After a shower I crept into my capsule for the night. Jet-lagged, and still a little dazed and amazed that I will not be returning to my apartment in Finland when I come back. Perhaps I will stay there for a few nights while I get my affairs in order and everything packed and carted off to long-term storage, but most likely that will be it. When I return I am going to take a leap into a slightly frightening unknown, once again.

But first there is Singapore. Which to me equals noodle soup.

(Singapore; July 2018)

 


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Mr Stork

mrstork-1The views, the seating, the food, the cocktails (!), the service… I am not even sure what should be mentioned and what not. I seldom advertise for places, but Mr Stork has become a favorite in Singapore. As it is on the roof of a skyscraper you need to know where to look. mrstork-2And even if you do know where to look, finding your way up is not exactly easy. But if you manage, you may be rewarded with a drink out of an elephant cup (double yay for a paper straw!).mrstork-3(Singapore; July 2018)


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Bird’s eye view

cloudsLovely ones, apologies for the radio silence. Wow, nearly three months have gone by: an entire summer. And what a summer. One where it has been an everyday challenge to climb high enough to see the bird’s eye view. Instead I have spent most of the time either buried in the trenches or with my head spinning. It is an act of mindfulness to gently pull on that string that we all have attached on top of our heads. You know the one that, if we just keep pulling, lifts us up higher and higher, so that when we are alongside the clouds we actually see the big picture of our lives.

I am writing this from Singapore, where I arrived just a few hours ago. It is late and I have slept about 9 hours in total during the past two nights. The apartment in Helsinki is now emptied, boxed up, and wrapped in plastic. Tomorrow hell breaks loose and the replumbing team begins to tear up the bathroom and the pipes in the entire building. And I grabbed my backpack and shut the door behind me. For a long while. Quite probably for good.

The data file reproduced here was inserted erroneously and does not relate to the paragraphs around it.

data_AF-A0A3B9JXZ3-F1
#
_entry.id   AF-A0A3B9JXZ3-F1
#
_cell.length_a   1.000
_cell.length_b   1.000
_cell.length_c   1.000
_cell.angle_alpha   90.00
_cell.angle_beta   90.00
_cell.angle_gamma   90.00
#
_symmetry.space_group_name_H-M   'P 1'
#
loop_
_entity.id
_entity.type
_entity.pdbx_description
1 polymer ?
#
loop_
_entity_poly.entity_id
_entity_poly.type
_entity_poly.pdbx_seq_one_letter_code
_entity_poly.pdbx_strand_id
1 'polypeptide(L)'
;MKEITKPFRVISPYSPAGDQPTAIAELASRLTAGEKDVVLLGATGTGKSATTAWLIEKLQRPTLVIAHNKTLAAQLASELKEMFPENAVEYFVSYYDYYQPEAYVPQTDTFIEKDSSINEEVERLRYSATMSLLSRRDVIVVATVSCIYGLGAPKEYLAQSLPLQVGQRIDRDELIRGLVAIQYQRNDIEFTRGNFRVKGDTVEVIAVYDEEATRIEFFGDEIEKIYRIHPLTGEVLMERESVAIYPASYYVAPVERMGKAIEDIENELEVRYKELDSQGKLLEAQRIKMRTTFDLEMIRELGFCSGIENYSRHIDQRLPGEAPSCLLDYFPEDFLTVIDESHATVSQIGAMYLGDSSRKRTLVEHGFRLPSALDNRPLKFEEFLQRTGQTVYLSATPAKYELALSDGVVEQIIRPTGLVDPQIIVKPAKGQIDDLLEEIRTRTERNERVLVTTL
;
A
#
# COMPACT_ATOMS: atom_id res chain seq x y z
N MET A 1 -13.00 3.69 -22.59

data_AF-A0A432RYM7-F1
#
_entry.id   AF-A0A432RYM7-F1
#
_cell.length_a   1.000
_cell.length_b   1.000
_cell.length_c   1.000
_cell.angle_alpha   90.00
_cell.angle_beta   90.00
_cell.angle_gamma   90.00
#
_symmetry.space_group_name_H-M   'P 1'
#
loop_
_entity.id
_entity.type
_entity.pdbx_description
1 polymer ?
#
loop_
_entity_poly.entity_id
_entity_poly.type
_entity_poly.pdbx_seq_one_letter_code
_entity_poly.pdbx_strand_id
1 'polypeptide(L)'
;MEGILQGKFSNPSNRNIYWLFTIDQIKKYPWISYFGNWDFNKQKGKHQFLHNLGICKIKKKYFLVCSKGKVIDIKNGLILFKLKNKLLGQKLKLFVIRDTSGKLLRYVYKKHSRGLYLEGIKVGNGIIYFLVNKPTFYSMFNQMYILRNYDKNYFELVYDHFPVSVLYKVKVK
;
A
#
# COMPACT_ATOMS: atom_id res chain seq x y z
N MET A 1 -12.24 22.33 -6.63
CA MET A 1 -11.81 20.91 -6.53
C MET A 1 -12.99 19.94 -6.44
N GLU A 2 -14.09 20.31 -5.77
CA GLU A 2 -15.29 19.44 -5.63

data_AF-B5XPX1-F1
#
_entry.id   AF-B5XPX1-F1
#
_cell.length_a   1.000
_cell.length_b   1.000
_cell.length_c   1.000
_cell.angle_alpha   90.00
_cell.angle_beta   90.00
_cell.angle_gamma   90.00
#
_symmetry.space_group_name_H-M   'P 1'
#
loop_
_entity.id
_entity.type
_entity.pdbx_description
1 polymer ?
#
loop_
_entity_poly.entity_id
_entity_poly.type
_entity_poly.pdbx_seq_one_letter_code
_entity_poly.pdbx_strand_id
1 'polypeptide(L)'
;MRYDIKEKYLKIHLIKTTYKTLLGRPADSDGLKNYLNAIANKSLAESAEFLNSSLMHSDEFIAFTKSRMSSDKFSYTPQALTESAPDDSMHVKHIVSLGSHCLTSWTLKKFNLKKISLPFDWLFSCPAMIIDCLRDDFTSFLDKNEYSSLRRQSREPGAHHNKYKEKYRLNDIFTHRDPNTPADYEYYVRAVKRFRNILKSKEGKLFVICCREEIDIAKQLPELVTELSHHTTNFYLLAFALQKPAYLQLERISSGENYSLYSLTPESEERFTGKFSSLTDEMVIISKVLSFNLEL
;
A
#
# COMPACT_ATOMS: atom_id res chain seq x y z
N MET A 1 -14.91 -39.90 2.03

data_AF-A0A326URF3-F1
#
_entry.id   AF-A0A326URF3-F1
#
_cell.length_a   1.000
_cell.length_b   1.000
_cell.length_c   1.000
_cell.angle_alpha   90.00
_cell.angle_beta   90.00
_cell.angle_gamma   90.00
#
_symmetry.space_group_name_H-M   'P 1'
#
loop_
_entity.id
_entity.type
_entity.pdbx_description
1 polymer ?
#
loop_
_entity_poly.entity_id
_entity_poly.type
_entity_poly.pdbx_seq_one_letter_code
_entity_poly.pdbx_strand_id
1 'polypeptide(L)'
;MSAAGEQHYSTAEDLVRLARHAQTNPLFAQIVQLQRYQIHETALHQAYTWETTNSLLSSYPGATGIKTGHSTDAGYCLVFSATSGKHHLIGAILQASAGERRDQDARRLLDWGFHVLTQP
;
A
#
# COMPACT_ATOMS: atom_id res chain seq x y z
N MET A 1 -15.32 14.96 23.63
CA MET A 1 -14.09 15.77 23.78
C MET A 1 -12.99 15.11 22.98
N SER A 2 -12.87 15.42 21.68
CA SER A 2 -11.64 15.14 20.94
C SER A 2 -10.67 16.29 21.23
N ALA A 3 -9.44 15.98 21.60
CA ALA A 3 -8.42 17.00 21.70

There are so many cliché ways one could describe starting a new chapter. I will not attempt any of them. Instead I will focus on sleep – and starting tomorrow, on noodle soup. I am hoping that this combination will slowly pull me up so I can see the big picture again.

(Singapore; July 2018)


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Interlude: above Russia

businessclassLovely ones, please rewind to mid-August with me. We are about 11 kilometers up in the air, flying over Nizhny Novgorod, skirting past thunder clouds scattered on both sides. Thunderbolts light up the dark above Russia. The time is 1.30 am. I am sipping a glass of ice wine and thinking about my flight out to Bali one year ago. I was in a low mood, pondering about pain and loss and the hardships of staying alive.

This year I indulged by upgrading to business class and stepping out in Singapore for a night. I am probably not going to need to mix melatonin with a martini like I did last year. And at least today I will not write about pain and losses and the hardships of living. Because life is so hard, I have become selfish. Because we all must put our own health and wellbeing first, we must also consider our own happiness first. There are few people in this world who put our own happiness first, so better not take the chance they are going to do it forever. longbarSo I do as I choose. I do as I please. I have been forced to trade off a huge chunk of my life, which definitely justifies some indulgence. And so I allow myself, without shame, to fly business to Bali to practise yoga, eat delicious raw food, spend time with myself and friends, and to be pampered by a luxurious spa in the jungle. And I will begin with having a Singapore Sling in the Raffles Long Bar with a couple of long-lost friends.

You should try it some time, too. longbar-2
(Above Russia and in Singapore; August 2016)